Social innovation

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Fr. Gregory Boyle gathers with former gang members whose lives have been transformed by the nonprofit he founded and leads, Homeboy Industries. Photos courtesy of Homeboy Industries

Gregory Boyle: Homeboy Industries is a belonging place where ex-gang members' lives are transformed

LA’s Homeboy Industries is the world’s largest gang intervention, rehab and re-entry program. But at the core of its work and ministry are notions of blessing, gift and miracle, says the organization’s founder and executive director.

Someone refinishing a piece of furniture

Jeff Kaplan saw a problem with the toxins in the stuff in our homes, so he and his partners began selling toxin-free home furnishings. His vision is to transform the industry.

Photo courtesy of New Living

Dave Odom: Chasing problems is a key to social innovation

Innovation begins with carefully listening to a community and defining the problems it’s facing. Then social innovators act, learning from failure and building on success, writes the executive director of Leadership Education at Duke Divinity.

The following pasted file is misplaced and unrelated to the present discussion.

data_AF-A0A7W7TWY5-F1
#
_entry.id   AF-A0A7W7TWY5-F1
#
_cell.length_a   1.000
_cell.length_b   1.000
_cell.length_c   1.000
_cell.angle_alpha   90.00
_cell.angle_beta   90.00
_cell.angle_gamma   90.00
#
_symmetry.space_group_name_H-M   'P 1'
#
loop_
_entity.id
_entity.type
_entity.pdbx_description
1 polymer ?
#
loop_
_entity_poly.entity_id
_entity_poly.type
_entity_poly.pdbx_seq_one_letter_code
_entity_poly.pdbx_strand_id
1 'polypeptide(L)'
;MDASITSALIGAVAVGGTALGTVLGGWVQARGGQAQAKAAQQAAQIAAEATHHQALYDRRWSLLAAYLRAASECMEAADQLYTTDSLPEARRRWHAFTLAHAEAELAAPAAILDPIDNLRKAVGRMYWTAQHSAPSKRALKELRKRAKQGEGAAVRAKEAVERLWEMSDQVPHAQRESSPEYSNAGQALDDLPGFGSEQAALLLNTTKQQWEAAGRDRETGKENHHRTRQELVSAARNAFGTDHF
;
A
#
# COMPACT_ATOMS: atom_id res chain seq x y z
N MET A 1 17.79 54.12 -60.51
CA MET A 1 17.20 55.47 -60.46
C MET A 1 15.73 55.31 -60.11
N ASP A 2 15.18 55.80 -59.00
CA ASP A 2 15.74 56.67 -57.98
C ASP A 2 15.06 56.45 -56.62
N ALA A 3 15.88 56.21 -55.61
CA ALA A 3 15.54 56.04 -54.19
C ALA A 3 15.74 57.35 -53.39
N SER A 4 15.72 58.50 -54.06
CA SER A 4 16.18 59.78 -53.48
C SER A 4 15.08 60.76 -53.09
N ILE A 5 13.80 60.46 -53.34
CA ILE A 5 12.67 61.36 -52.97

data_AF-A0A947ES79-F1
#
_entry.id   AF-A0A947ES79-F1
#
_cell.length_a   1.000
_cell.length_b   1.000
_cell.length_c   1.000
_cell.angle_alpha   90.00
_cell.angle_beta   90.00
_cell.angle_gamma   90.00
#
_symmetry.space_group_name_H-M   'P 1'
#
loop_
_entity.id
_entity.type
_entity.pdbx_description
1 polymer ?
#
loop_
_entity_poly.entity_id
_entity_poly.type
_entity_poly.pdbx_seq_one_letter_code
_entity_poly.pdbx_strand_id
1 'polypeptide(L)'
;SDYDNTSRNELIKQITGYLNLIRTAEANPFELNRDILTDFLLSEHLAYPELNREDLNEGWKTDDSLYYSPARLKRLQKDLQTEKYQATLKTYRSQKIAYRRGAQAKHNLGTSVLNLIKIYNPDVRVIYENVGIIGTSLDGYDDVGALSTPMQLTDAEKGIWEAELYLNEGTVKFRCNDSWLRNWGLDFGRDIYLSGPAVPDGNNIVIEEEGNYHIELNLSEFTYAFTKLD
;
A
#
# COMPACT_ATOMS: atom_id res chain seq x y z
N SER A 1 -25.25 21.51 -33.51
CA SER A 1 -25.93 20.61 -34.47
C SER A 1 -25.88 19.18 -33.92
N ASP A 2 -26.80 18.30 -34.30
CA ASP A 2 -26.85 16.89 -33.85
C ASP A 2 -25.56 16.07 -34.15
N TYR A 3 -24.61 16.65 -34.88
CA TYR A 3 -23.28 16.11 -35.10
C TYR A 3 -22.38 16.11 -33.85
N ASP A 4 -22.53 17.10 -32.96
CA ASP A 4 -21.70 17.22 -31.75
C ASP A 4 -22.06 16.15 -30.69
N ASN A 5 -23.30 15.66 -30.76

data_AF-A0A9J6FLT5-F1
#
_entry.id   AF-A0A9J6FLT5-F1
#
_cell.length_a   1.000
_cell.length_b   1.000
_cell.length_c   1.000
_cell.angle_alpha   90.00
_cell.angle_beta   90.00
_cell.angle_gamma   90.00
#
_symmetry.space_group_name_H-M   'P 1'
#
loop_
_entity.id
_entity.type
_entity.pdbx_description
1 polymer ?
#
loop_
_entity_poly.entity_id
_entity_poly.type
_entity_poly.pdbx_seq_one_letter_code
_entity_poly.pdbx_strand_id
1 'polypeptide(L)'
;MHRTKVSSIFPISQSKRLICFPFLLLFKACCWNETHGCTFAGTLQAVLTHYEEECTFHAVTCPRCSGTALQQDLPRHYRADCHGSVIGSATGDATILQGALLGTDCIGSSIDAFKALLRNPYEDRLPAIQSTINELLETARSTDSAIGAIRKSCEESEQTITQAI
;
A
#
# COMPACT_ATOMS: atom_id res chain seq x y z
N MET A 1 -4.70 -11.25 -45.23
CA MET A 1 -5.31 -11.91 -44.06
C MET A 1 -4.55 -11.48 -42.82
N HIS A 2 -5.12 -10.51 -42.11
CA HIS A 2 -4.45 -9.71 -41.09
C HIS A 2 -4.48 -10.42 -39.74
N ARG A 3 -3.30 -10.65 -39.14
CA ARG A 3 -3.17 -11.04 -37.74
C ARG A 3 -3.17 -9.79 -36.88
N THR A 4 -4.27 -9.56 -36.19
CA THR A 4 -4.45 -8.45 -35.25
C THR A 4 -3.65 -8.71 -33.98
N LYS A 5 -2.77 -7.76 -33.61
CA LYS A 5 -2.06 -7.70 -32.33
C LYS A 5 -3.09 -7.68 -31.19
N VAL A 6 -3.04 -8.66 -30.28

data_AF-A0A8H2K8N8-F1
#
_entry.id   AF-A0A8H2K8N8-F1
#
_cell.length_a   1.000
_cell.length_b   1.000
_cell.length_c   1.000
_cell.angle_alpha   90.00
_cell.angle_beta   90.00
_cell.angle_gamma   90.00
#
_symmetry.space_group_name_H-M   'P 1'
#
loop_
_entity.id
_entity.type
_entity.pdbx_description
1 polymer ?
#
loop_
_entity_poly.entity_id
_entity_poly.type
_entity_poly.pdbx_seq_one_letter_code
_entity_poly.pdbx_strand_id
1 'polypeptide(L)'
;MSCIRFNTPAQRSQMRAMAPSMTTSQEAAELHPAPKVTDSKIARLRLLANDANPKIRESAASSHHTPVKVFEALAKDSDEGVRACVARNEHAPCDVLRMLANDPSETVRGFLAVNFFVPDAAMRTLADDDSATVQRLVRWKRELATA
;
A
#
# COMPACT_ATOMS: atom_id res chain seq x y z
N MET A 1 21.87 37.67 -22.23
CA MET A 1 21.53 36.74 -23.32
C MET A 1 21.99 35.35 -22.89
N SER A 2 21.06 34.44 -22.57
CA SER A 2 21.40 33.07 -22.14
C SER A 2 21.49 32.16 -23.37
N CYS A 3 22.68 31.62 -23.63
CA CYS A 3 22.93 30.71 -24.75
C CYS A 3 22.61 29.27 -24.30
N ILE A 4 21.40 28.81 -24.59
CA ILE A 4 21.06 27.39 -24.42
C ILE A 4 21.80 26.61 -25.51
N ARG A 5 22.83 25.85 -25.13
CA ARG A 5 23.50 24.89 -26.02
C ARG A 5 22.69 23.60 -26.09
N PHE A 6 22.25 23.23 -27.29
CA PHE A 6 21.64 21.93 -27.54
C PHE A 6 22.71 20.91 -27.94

Two boys eat lunch at the Cy Hope Center

The nonprofit Cy-Hope has opened two Hope Centers, where 50-80 kids stop by after school each week to have a safe, fun place to hang out and get help with their homework.
Images courtesy of Cy-Hope

A Houston church supports its community by helping schoolchildren

Members of Foundry UMC discovered deep needs in the seemingly prosperous suburb where the church is located. They responded by creating a nonprofit that has helped thousands of economically disadvantaged children.

Detail from a graphic record of a facilitated discussion in Vancouver, B.C., in which participants talked about what belonging and community mean. The artists included examples of local community development in the drawing.

Detail from a graphic record of a facilitated discussion in Vancouver, B.C., in which participants talked about what belonging and community mean. The artists included examples of local community development in the drawing. Illustration by Liz Etmanski and Aaron Johannes/Spectrum Consulting
 

John McKnight: Low-income communities are not needy -- they have assets

People who want to help low-income communities should see them as “half-full glasses” -- places with strengths and capacities that can be built upon, says the co-developer of the asset-based community development strategy.

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